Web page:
Russian Elites Are Transforming Thailand’s Biggest Island as They Become More Unwelcome in the West

Thailand has long been a top destination for tourists. But one group in particular is now flocking to Phuket, the country’s largest island: Russian elites.

While many Russians are getting turned away from Western countries, thanks to Vladimir Putin’s war in Ukraine, they’re finding a friendly welcome in Thailand, Bloomberg reported on Thursday. From January to June of this year, more than 790,000 Russian nationals arrived in the country, a whopping 1,000 percent increase from the same time last year, according to the Thai Ministry of Tourism and Sports. More than half of those people flew into Phuket, with Russians being the No. 1 group of tourists to the island, the Phuket Tourist Association said.

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“The atmosphere for everybody is wonderful and peaceful,” Yuri Vorona, a restaurant manager in Phuket, told Bloomberg. “We have everyday Russians, who just want to rest and not fight.”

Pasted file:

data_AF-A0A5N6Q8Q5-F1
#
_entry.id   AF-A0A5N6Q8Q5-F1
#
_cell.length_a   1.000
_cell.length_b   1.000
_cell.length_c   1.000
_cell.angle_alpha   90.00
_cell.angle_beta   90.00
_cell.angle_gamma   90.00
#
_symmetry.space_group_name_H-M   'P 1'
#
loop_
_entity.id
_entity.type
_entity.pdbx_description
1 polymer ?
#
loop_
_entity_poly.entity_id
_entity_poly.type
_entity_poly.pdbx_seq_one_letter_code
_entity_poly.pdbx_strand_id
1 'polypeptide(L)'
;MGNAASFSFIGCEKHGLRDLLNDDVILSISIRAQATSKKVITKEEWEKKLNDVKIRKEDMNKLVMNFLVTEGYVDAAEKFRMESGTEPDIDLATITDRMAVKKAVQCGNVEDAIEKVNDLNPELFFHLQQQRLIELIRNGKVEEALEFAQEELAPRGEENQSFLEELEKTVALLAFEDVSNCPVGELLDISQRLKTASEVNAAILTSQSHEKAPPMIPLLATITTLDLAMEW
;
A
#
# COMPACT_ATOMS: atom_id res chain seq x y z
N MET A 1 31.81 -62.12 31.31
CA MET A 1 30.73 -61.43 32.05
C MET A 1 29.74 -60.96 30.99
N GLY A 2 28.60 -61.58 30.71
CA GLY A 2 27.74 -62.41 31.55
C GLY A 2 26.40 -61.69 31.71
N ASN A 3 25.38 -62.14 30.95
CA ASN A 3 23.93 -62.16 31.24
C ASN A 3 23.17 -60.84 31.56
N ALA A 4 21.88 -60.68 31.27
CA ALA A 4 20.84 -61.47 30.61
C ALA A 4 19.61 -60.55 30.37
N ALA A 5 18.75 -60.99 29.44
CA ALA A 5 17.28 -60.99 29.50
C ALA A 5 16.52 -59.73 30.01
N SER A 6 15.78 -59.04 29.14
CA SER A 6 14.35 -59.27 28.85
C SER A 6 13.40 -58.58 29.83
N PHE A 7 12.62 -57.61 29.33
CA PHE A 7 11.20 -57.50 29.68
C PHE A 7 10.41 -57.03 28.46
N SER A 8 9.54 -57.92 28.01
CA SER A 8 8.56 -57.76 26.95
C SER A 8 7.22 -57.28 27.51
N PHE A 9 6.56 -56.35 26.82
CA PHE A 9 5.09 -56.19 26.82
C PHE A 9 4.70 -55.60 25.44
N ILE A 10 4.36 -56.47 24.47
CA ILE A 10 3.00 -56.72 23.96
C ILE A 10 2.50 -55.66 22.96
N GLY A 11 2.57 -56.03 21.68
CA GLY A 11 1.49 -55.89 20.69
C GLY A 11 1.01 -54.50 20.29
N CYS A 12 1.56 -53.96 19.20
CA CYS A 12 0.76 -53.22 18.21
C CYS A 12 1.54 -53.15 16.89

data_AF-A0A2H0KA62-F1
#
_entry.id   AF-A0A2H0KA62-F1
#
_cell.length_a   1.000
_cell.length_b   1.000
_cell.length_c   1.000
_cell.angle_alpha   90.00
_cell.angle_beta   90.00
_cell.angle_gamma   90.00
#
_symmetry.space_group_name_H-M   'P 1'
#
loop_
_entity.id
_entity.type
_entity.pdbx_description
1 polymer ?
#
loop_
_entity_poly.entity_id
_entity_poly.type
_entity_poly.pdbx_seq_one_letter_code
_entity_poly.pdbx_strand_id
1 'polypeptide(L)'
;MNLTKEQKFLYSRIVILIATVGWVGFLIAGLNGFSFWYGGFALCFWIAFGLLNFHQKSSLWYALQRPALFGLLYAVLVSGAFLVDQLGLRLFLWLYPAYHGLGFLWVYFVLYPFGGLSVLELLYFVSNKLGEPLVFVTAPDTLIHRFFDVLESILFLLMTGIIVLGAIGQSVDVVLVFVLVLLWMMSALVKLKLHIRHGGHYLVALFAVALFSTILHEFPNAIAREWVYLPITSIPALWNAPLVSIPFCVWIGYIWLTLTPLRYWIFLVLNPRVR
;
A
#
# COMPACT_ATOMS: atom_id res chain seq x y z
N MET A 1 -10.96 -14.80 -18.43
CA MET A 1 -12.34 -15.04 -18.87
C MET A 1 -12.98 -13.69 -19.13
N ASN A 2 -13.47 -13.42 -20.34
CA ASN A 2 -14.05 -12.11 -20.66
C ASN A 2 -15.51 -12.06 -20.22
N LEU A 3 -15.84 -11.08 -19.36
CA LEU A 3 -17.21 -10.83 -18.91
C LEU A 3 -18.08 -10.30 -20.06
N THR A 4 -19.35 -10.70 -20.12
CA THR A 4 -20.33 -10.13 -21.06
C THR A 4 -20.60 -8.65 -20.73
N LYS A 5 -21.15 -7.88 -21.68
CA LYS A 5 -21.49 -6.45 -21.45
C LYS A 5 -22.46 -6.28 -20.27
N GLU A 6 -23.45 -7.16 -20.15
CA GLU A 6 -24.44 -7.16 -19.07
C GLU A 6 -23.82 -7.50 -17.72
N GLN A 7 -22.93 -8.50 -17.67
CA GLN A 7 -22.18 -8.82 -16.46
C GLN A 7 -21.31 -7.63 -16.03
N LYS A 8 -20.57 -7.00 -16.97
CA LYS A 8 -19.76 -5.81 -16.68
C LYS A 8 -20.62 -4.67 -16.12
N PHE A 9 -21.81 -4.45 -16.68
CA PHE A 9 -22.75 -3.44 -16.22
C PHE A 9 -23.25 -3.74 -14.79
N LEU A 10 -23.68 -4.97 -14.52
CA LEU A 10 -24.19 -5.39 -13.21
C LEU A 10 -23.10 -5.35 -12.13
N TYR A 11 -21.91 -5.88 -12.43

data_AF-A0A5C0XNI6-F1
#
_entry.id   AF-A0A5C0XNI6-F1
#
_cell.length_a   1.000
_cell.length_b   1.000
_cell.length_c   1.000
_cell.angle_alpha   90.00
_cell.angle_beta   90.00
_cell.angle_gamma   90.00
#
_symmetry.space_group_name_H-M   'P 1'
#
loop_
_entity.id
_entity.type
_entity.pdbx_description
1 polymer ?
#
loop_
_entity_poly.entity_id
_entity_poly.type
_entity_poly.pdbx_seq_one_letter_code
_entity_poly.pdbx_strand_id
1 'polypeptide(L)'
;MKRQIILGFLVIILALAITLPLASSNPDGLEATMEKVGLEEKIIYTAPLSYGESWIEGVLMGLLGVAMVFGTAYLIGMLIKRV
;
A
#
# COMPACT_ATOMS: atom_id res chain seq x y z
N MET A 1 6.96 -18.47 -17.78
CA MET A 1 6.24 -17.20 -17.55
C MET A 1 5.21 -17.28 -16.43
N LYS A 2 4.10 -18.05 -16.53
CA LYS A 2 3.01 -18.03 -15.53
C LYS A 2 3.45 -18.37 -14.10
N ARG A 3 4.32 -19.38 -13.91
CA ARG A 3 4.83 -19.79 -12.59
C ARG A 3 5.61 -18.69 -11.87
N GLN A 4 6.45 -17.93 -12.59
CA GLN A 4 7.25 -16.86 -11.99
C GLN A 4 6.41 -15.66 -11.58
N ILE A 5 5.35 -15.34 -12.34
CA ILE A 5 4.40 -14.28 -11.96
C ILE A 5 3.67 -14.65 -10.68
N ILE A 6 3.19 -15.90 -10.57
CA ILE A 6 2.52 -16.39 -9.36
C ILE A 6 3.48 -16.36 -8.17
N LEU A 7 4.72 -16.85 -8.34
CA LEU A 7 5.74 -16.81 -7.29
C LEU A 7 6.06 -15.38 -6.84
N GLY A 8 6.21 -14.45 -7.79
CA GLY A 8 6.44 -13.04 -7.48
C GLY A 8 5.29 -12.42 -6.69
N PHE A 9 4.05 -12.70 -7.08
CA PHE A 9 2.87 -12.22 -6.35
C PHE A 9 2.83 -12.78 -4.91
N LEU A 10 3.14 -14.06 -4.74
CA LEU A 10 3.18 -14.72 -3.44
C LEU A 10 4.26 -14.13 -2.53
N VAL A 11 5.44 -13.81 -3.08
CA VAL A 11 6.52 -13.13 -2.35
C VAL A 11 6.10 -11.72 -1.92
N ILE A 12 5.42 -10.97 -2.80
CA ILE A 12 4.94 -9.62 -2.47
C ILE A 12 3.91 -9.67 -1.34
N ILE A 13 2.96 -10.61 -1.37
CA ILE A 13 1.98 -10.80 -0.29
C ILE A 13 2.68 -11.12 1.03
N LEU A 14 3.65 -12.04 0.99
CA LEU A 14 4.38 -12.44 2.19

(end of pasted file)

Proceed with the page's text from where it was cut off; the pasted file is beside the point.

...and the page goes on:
And Russians aren’t just stopping by for a quick visit—a good deal of them are snapping up property, too. In Phuket, 338 villas were sold last year, with about half of them going to Russians, according to data from the real-estate agency Knight Frank Thailand. And Christian Steinbach, the sales director at the FazWaz property group, told Bloomberg that Russian speakers are the biggest nationality of buyers on the island.

While Russians in general seem to be enjoying all Thailand has to offer, the country’s ultra-wealthy have also made their presence known. A superyacht said to be owned by the Russian oligarch Alexander Svetakov was seen in Phuket around Christmas, and the billionaire Igor Rybakov held business-coaching classes there in January.

In response to this influx of Russians, Thailand and its locals are adapting to the new population: Phuket’s airport makes announcements in Russian now, and you can find Russian delicacies like borscht and blini alongside more traditional Thai fare like pad thai and tom yum soup. There are also Russian bathhouses, Russian rock concerts, and a Russian consulate that just opened this month.

If Russian expats continue their migration to Thailand, Phuket may soon become known as the “Little Russia” of the East.

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